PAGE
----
The Big Three of EU Foreign Policy: Stefan Lehne on the contrasting roles of Germany, France and the UK.
posted by rollick on Aug 3, 2012 - 4 comments

You eat too fast, and I understand why your antidyspeptic pill-makers cover your walls, your forests even, with their advertisements.

In 1891 author and lecturer ”Max O’Rell” (being the pen name of one Léon Paul Blouet) published an amusing account of his travels through the States and Eastern Canada - "A Frenchman In America" - that, along with the charming illustrations, reflect on then popular national stereotypes and character and is presented on Project Gutenberg in its entirely. (via)
posted by The Whelk on Jul 7, 2012 - 16 comments

Europe on fifteen hundred yuan a day.

Evan Osnos joins a tour group from China as they traverse Europe. In the front row of the bus, Li stood facing the group with a microphone in hand, a posture he would retain for most of our waking hours in the days ahead. In the life of a Chinese tourist, guides play an especially prominent role—translator, raconteur, and field marshal—and Li projected a calm, seasoned air. He often referred to himself in the third person—Guide Li—and he prided himself on efficiency. “Everyone, our watches should be synchronized,” he said. “It is now 7:16 P.M.” He implored us to be five minutes early for every departure. “We flew all the way here,” he said. “Let’s make the most of it.” [more inside]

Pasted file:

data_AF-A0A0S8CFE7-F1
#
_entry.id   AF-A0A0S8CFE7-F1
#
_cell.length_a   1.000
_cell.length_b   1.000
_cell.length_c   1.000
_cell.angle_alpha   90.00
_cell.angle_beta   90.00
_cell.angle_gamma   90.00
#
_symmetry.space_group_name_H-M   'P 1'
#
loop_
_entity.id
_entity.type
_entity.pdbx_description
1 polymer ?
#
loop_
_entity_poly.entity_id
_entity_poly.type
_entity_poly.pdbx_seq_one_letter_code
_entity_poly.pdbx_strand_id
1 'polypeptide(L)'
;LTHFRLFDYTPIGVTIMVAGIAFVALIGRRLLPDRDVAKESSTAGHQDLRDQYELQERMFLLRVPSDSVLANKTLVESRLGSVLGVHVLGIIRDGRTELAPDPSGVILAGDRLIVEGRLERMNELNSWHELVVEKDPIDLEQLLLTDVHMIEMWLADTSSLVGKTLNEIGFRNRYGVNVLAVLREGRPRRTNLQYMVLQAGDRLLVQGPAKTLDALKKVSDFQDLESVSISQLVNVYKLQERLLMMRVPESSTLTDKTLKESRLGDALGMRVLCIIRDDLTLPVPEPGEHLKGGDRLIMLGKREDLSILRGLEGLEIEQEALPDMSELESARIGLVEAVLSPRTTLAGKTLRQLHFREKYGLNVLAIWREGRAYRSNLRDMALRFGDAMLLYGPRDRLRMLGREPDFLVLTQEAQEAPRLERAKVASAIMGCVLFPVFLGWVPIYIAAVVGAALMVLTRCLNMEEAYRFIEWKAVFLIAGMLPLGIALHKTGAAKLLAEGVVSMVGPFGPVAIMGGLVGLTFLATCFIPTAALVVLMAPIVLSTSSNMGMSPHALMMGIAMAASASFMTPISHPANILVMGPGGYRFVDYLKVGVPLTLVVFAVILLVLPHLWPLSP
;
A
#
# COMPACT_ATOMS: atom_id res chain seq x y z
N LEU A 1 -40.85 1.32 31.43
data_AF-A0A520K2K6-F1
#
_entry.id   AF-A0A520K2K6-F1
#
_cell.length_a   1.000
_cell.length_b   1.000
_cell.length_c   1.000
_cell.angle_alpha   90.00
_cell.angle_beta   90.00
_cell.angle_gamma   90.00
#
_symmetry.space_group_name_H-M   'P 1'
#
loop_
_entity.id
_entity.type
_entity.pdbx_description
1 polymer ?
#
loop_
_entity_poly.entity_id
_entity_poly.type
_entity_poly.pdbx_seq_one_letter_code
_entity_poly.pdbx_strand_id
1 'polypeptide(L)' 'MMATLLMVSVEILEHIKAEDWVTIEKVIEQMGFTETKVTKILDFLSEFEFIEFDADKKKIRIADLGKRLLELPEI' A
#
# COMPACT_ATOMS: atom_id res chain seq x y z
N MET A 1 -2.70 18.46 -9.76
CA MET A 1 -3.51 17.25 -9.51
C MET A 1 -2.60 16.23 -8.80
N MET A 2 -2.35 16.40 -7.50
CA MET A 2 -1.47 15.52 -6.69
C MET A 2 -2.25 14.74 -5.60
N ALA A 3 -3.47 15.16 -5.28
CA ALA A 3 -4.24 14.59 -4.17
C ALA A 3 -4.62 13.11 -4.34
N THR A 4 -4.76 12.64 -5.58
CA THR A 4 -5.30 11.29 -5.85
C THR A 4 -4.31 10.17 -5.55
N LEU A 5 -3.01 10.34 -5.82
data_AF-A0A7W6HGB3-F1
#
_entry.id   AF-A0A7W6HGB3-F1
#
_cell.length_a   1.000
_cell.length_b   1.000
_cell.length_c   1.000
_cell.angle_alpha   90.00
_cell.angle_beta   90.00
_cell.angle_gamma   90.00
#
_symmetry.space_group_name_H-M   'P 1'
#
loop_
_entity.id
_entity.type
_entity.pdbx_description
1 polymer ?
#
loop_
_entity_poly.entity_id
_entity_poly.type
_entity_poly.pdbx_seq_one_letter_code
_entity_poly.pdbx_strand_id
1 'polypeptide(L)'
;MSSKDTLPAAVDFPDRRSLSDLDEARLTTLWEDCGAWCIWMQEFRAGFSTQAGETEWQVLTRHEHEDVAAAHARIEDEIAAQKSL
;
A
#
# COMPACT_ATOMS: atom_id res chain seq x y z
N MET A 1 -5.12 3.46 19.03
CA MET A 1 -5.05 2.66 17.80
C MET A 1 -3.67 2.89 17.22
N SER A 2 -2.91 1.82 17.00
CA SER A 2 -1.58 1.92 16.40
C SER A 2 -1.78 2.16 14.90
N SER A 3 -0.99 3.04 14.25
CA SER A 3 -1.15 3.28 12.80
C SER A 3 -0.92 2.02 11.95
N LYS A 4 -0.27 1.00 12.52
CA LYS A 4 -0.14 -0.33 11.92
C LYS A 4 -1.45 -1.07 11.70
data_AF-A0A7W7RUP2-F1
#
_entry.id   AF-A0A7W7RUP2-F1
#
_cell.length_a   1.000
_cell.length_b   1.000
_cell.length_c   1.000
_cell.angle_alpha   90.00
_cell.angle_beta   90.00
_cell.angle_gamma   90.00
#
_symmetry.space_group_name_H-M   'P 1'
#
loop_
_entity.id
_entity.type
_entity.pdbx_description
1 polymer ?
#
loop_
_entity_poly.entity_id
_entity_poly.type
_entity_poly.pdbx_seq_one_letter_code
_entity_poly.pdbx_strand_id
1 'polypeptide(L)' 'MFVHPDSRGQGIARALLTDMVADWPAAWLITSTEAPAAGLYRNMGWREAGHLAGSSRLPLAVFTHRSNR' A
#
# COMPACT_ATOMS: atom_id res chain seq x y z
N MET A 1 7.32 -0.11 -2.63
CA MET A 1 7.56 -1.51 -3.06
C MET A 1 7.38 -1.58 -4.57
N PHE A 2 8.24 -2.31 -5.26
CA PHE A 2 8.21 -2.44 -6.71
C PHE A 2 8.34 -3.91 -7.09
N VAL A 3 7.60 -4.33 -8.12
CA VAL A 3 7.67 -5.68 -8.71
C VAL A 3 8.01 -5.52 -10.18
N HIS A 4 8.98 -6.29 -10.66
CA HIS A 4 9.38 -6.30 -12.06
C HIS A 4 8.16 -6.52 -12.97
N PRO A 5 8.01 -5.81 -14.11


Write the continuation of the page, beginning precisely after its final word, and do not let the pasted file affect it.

posted by WalterMitty on Jul 28, 2011 - 71 comments

Germans should remember...

Albrecht Ritschl (web site / papers) of the London School of Economics says Germans should remember their status as postwar debtors when offering advice to Greece.
posted by - on Jun 25, 2011 - 20 comments

The Post-War Expulsion of Germans From Eastern Europe

A Time Of Retribution: Paying For the Crimes of Nazi Germany
posted by jason's_planet on Jun 7, 2011 - 29 comments

Kraftwerk

«The events in Japan have shown us that even things that seem all but impossible scientifically can in fact happen» Merkel said at a Berlin news conference. Germany to be non-nuclear by 2022.
posted by - on May 30, 2011 - 247 comments

Braindriver

Braindriver is a car that allows you to steer, accelerate and decelerate with nothing more than the faint electrical signals generated by the brain.
posted by jason's_planet on Mar 5, 2011 - 13 comments

A G.I.'s WWII Memoir

Robert F. Gallagher served in the United States Army's 815th Anti-Aircraft Artillery Battalion (Third Army) in the European Theater during WWII. He has posted his memoir online: "Scratch One Messerschmitt," told from numerous photos he took during the war and the detailed notes he made shortly afterwards. [more inside]
posted by zarq on Nov 23, 2010 - 7 comments

Rendez-vous auf den Champs-Elysées

In 1957, the year of the Treaty of Rome, founding the European Economic Community and setting the aim of an "ever closer union", the national railway companies of West Germany, France, Switzerland, Italy and Holland (later joined by Belgium and Spain) launched the Trans Europ Express, a joint network of first-class-only international trains for business travellers. [more inside]
posted by Skeptic on Oct 10, 2010 - 14 comments

Auf wiedersehn, jet

On the 19th of October, a Deutsche Bahn ICE3 train will travel from Germany to London through the Channel Tunnel. [more inside]
posted by acb on Sep 20, 2010 - 60 comments

1989, revolution in Eastern Europe